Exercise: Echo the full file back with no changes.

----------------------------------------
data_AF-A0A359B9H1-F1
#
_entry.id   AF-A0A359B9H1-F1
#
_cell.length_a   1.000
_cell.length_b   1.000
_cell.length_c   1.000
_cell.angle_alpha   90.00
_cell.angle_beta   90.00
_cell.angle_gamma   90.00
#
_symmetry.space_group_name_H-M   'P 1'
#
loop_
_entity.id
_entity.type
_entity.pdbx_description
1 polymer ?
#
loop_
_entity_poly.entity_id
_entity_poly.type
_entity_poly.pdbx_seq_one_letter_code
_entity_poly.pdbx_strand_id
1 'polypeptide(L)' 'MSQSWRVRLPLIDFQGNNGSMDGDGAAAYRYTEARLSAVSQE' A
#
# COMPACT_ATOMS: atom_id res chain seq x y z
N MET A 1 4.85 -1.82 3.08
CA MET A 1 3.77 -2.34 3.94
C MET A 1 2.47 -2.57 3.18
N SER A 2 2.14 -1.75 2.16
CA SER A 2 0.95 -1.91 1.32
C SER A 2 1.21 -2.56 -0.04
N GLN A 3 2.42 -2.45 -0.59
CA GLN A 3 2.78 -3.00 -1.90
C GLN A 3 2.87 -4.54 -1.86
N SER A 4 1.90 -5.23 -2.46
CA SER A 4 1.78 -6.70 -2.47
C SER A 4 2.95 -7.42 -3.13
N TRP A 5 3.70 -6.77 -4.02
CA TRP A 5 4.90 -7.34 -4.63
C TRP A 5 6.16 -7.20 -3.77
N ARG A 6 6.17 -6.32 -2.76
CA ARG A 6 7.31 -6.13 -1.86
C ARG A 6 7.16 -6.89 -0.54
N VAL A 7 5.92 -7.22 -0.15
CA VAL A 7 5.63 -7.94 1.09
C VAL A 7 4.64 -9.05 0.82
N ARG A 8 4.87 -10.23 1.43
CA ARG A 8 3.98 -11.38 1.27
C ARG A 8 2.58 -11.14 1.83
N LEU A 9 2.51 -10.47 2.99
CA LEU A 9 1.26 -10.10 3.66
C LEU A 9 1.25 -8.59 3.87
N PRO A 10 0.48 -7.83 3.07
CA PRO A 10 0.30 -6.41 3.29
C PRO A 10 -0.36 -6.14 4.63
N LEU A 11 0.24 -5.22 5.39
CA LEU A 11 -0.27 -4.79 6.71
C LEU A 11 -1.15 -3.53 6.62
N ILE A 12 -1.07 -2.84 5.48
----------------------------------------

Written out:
data_AF-A0A359B9H1-F1
#
_entry.id   AF-A0A359B9H1-F1
#
_cell.length_a   1.000
_cell.length_b   1.000
_cell.length_c   1.000
_cell.angle_alpha   90.00
_cell.angle_beta   90.00
_cell.angle_gamma   90.00
#
_symmetry.space_group_name_H-M   'P 1'
#
loop_
_entity.id
_entity.type
_entity.pdbx_description
1 polymer ?
#
loop_
_entity_poly.entity_id
_entity_poly.type
_entity_poly.pdbx_seq_one_letter_code
_entity_poly.pdbx_strand_id
1 'polypeptide(L)' 'MSQSWRVRLPLIDFQGNNGSMDGDGAAAYRYTEARLSAVSQE' A
#
# COMPACT_ATOMS: atom_id res chain seq x y z
N MET A 1 4.85 -1.82 3.08
CA MET A 1 3.77 -2.34 3.94
C MET A 1 2.47 -2.57 3.18
N SER A 2 2.14 -1.75 2.16
CA SER A 2 0.95 -1.91 1.32
C SER A 2 1.21 -2.56 -0.04
N GLN A 3 2.42 -2.45 -0.59
CA GLN A 3 2.78 -3.00 -1.90
C GLN A 3 2.87 -4.54 -1.86
N SER A 4 1.90 -5.23 -2.46
CA SER A 4 1.78 -6.70 -2.47
C SER A 4 2.95 -7.42 -3.13
N TRP A 5 3.70 -6.77 -4.02
CA TRP A 5 4.90 -7.34 -4.63
C TRP A 5 6.16 -7.20 -3.77
N ARG A 6 6.17 -6.32 -2.76
CA ARG A 6 7.31 -6.13 -1.86
C ARG A 6 7.16 -6.89 -0.54
N VAL A 7 5.92 -7.22 -0.15
CA VAL A 7 5.63 -7.94 1.09
C VAL A 7 4.64 -9.05 0.82
N ARG A 8 4.87 -10.23 1.43
CA ARG A 8 3.98 -11.38 1.27
C ARG A 8 2.58 -11.14 1.83
N LEU A 9 2.51 -10.47 2.99
CA LEU A 9 1.26 -10.10 3.66
C LEU A 9 1.25 -8.59 3.87
N PRO A 10 0.48 -7.83 3.07
CA PRO A 10 0.30 -6.41 3.29
C PRO A 10 -0.36 -6.14 4.63
N LEU A 11 0.24 -5.22 5.39
CA LEU A 11 -0.27 -4.79 6.71
C LEU A 11 -1.15 -3.53 6.62
N ILE A 12 -1.07 -2.84 5.48